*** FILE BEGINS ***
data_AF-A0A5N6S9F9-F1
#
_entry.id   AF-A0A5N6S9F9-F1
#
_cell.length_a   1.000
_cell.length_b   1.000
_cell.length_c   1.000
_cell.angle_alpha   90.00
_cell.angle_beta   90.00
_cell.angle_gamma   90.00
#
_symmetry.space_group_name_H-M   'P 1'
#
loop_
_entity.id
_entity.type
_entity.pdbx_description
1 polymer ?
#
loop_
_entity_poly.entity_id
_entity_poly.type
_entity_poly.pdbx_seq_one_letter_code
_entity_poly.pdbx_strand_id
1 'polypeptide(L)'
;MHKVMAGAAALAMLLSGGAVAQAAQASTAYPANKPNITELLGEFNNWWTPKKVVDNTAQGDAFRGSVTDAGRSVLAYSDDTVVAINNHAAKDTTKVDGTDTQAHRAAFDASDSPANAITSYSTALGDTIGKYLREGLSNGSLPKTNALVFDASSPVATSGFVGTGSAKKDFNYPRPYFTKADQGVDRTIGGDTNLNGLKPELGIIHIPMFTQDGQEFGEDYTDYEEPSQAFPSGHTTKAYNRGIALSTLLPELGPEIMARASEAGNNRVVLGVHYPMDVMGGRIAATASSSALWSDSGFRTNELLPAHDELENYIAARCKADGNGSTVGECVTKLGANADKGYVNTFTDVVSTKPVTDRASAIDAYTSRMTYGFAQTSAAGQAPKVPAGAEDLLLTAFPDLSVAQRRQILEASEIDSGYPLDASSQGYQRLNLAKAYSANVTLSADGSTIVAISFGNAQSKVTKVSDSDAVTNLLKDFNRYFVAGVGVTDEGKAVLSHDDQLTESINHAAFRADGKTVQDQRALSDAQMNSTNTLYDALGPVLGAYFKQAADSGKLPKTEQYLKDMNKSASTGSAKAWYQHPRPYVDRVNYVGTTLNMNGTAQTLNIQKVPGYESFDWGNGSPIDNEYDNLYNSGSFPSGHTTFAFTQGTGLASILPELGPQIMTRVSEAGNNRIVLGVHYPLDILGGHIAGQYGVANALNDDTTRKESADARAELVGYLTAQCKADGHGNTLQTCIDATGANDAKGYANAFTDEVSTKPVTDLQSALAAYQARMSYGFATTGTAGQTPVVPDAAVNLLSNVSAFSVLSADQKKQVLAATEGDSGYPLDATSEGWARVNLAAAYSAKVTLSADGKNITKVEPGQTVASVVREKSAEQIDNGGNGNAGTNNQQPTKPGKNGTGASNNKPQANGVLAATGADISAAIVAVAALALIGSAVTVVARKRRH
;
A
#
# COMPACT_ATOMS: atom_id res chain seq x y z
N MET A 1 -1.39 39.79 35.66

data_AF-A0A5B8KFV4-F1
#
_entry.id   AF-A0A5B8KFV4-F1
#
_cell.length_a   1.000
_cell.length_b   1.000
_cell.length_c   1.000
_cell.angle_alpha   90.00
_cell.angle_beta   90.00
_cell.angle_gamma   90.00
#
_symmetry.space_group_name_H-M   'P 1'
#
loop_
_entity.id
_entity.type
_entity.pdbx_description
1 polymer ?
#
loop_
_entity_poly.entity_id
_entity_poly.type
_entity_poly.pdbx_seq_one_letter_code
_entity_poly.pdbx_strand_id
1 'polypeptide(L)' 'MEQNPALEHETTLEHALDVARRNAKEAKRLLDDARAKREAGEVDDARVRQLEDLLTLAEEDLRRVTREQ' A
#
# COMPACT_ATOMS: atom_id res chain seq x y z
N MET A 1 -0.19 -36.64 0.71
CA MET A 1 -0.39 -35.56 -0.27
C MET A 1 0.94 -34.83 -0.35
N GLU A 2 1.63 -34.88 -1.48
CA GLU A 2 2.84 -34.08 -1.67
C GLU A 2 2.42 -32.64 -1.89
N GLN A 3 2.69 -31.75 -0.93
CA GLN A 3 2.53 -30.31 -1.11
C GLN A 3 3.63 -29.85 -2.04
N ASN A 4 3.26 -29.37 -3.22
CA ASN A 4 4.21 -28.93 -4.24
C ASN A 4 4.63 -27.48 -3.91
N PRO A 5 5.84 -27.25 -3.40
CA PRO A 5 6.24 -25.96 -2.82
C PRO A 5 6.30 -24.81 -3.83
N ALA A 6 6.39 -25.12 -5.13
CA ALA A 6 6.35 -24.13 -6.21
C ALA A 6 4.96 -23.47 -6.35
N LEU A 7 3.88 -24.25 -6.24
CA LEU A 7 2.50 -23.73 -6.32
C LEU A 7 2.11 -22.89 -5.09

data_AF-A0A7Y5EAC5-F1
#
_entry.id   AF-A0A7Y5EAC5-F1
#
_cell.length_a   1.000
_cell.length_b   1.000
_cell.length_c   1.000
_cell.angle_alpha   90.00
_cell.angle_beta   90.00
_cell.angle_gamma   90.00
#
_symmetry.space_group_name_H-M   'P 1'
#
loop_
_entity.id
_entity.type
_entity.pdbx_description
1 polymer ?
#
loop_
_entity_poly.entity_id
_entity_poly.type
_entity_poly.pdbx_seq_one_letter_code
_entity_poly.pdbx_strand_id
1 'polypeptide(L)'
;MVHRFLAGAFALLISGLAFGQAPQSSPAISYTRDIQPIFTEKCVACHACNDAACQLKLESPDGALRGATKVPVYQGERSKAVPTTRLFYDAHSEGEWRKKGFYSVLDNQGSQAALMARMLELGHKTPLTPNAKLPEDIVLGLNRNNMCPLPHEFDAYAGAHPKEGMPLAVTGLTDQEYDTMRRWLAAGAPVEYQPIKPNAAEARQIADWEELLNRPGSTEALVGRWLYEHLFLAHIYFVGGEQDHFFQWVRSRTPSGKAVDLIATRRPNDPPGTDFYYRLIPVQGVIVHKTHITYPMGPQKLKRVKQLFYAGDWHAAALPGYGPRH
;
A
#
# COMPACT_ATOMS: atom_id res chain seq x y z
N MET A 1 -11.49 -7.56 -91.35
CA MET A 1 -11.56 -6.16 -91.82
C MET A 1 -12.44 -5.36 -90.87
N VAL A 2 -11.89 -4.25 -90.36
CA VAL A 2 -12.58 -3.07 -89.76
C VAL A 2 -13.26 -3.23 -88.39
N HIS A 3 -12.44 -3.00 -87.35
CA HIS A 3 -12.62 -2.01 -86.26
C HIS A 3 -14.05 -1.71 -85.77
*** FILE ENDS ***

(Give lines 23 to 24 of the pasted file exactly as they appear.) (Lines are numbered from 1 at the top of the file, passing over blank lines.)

_entity_poly.pdbx_seq_one_letter_code
_entity_poly.pdbx_strand_id